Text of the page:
Hi friends! Today I thought I’d share all I’ve learned about the Homeschool requirements for Washington State.
Depending on the sate in which you live, the requirements will vary. Make sure to find out your particular state rules. This is the homeschool requirements for Washington, since I live in Spokane.
This will be the first in a year long mini series on homeschooling my two children. I’ll be sure to share monthly updates on how things are going, the curriculum we’re using, what we love and don’t, and the general ups and downs of this new journey!
I’ve ordered the majority of our school curriculum, and filed a withdrawal letter to remove Tyrion from the public school system.
Let’s get started covering what you need to know!
Compulsory age, meaning the required age by law that a child must be enrolled in a form of education in Washington state is eight years old. You read that right! If you didn’t want to do any traditional educating of any kind before the age of eight in Washington it’s completely legal. (I’m not recommending this, just stating the law.)
However, things change if under the age of eight, your child has been enrolled in public education. If your child has attended public school and you now choose to homeschool, you must formally withdraw them from school. You will need to submit a withdrawal form. Here is one that is a great option:
Homeschool Requirements for Washington State
In order to homeschool in Washington state, you need to meet one of four requirements:
1. Partner with a professional that is certified to teach.
This option is the least desirable in my opinion. This would require you (or your spouse) to meet with the certified professional of your choice one hour a week to make sure you’re on track with your child’s learning and school curriculum requirements.
I feel confident enough in what we’re doing that having to check in with someone would be bothersome and time consuming. However, If you have more concerns and like the idea of a check and balance, this option may work well for you.
2. Have at least 45 quarter college credits or 35 semester college credits.
If you have either one of those you are considered qualified to homeschool.
3. Take a qualified home base education course
These courses can be fairly easy to find. The Spokane Area Homeschool Community group on Facebook posts when some of them happen. And also, here is a list of current instructors that offer Parent Qualifying courses.
4. Deemed able to teach by the superintendent in the district in which you live.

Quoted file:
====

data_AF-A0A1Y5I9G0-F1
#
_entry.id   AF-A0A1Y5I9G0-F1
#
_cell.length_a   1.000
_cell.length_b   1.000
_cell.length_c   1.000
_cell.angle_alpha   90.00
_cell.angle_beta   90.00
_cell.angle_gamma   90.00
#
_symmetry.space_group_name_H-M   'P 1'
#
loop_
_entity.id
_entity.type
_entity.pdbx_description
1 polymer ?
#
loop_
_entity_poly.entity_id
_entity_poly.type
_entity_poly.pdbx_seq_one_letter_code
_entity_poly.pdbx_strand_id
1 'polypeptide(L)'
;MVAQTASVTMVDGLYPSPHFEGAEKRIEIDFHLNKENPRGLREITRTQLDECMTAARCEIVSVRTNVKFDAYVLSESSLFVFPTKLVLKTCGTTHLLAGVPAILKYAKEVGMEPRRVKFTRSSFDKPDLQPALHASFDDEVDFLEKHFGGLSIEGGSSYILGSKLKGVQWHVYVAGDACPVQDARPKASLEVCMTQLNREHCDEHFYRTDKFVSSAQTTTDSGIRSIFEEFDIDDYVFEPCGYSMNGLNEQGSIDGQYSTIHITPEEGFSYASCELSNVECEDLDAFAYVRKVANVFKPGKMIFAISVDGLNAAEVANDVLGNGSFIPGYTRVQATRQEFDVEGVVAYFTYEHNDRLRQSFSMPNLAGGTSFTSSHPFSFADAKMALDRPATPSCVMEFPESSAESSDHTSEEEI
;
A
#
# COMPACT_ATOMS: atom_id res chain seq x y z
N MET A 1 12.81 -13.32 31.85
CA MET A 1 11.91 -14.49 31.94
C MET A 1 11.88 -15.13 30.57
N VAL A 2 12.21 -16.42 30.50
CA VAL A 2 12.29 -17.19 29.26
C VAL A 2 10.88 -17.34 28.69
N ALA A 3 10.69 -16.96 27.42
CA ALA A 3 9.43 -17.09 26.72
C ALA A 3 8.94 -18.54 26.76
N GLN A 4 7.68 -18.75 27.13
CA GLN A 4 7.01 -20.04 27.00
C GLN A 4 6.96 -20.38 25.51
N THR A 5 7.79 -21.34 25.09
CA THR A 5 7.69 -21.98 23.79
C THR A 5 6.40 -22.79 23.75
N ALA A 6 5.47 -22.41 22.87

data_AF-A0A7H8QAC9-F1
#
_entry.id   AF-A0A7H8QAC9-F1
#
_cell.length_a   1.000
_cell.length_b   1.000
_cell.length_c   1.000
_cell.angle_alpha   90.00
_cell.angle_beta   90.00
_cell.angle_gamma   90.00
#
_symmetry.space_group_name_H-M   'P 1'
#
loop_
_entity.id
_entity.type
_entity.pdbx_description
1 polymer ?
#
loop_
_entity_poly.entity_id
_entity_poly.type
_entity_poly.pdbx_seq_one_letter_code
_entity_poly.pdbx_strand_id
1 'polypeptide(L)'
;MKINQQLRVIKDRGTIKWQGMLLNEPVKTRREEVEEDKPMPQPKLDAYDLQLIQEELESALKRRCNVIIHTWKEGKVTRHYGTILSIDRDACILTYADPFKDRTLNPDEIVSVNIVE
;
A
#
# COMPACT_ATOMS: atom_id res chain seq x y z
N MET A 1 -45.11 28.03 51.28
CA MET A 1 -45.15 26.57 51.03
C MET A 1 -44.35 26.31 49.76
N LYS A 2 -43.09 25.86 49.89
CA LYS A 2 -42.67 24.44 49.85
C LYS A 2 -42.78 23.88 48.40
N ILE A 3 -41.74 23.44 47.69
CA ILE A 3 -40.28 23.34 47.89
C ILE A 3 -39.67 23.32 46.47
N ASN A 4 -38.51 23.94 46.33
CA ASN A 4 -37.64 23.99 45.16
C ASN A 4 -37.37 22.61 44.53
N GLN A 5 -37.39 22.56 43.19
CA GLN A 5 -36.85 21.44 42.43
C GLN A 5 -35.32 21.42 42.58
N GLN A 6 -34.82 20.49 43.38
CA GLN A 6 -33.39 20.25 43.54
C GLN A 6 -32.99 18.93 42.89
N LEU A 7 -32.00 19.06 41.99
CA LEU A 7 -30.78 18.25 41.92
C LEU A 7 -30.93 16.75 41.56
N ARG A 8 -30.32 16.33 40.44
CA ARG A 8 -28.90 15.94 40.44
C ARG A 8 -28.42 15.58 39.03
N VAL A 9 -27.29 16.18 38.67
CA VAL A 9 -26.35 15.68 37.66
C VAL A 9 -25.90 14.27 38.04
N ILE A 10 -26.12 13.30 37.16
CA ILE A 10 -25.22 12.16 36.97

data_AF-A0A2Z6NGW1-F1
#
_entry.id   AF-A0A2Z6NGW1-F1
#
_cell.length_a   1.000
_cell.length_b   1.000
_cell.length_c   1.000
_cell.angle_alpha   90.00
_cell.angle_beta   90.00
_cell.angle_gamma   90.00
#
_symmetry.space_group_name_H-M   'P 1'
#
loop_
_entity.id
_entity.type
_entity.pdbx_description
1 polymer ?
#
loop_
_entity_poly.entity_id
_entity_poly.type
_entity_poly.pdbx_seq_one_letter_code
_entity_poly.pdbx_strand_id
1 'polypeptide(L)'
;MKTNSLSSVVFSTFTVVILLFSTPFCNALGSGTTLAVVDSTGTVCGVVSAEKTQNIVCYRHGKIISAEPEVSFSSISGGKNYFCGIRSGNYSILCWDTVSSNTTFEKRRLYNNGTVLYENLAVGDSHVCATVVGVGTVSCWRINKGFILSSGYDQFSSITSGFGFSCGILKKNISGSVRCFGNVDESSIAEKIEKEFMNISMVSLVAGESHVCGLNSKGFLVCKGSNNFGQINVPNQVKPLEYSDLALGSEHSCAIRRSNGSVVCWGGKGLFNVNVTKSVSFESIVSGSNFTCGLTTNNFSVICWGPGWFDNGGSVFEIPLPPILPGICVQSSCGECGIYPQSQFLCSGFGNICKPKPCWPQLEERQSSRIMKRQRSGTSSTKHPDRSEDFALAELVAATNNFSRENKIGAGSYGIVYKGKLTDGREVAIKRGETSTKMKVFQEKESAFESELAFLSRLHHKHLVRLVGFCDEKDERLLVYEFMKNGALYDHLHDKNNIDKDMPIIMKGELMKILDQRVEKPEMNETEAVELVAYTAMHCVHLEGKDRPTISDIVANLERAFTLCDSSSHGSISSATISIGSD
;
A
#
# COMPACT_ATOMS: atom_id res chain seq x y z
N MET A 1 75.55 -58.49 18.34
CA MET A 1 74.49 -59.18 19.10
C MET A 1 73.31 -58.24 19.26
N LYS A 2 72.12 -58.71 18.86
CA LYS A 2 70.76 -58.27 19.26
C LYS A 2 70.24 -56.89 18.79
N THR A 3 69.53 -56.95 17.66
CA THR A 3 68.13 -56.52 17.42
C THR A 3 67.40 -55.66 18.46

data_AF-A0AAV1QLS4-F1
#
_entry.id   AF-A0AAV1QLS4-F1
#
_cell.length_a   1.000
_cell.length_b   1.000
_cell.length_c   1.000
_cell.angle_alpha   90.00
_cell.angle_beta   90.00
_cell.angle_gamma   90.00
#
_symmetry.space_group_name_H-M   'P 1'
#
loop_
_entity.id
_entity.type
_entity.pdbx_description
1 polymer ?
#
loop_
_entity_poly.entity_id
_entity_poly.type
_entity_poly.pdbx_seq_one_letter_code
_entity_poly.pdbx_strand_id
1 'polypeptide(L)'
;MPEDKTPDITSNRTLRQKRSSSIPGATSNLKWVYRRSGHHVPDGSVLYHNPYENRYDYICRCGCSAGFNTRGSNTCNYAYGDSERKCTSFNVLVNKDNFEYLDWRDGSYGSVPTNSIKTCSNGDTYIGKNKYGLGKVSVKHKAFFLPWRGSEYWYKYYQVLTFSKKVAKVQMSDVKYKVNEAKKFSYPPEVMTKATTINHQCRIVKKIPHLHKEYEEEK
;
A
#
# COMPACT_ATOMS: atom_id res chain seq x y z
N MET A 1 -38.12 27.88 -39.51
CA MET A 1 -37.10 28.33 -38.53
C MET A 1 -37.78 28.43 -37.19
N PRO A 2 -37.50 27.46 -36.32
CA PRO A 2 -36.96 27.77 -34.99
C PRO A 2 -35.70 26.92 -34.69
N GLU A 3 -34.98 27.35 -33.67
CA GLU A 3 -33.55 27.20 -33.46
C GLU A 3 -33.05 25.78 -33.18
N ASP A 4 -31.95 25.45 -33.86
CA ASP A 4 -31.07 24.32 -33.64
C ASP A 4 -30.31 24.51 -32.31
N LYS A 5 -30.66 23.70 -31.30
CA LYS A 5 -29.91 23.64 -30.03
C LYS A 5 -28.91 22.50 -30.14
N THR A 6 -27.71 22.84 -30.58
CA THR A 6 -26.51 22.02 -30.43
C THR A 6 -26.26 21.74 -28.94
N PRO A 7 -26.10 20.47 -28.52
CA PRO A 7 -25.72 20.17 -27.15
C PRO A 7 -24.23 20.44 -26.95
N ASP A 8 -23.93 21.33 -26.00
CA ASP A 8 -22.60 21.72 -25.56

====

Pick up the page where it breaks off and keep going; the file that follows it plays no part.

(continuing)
Not sure what a superintendent would require for this option, but considering most superintendents wishes are for your child to attend the public school system, I’d consider this one of the last options I would take.
File a DECLARATION of Intent
You must file a declaration of intent on your child’s eighth birthday, or the date you withdraw them from public school. From there on out, each year you will again, file a declaration of intent before September 15th, or at least two weeks before the fall classes start.
Included on the declaration of intent must be:
- The childs name and age
- The parents name
- Your address
- And if you’re using a certified teacher, you must also include their name
Those are the only things required by law to be on the intent form. Turn it into the superintendents office of the school district your child would be enrolled in.
The letter of intent essentially prevents you from being prosecuted for your child not attending public school. It also protects the school from the responsibility of teaching your child.
Teaching the required subjects
In Washington state, the required subjects are:
- social studies
- occupational education
- music appreciation
Please don’t get overwhelmed by this list! There are so many books and curriculum that incorporate several of these subjects. Also, subjects like history, health, art, and more can be done together as a family. Find out the curriculum we’re using in this post here!
An example of incorporating several subjects: Your child reads a book about the solar system. This satisfies their science and reading. You also have your child write their favorite paragraph from the book and draw a picture of the solar system and that satisfies their writing and art!
Record keeping/Day requirements
You are required to teach for 180 days a year, or an average of 1,000 hours.
Keeping records are required by law, even though you don’t have to submit them annually. Records are important for graduating or if your child wants to pursue higher education. It’s also important to have if someone was to report you to CPS with the complaint you weren’t educating your children. Sad, but apparently it’s known to happen. Read about our 4 day a week homeschool schedule hour by hour here.
Annual child assessments
You are required to have your child annually assessed (after age 8).
There are a few options:
You can do a standardized test like the school does. Your child can also attend the public school annual testing.
You can pick a different test from a list of approved test that you can have administered in different ways. Some require you to use a certified teacher. Some testing websites act as the supervisor and you can proctor the test to your own child.
There you have it, the nuts and bolts of homeschooling in Washington State.
I can’t wait to share more of our journey in the coming months! Make sure to follow along on Instagram where I jump into stories all the time and talk about what’s happening on the daily.
I also encourage you to check out my post a few months back on Homeschool resources for Preschool and Kindergarten age kids. I did preschool at home with both kids, and ended up doing half a year of kindergarten at home with Tyrion when Covid hit. I’m also a homeschool graduate myself so this isn’t anything too new for me!
What other questions do you have about homeschooling in Washington or homeschooling in general? Drop them in the comments!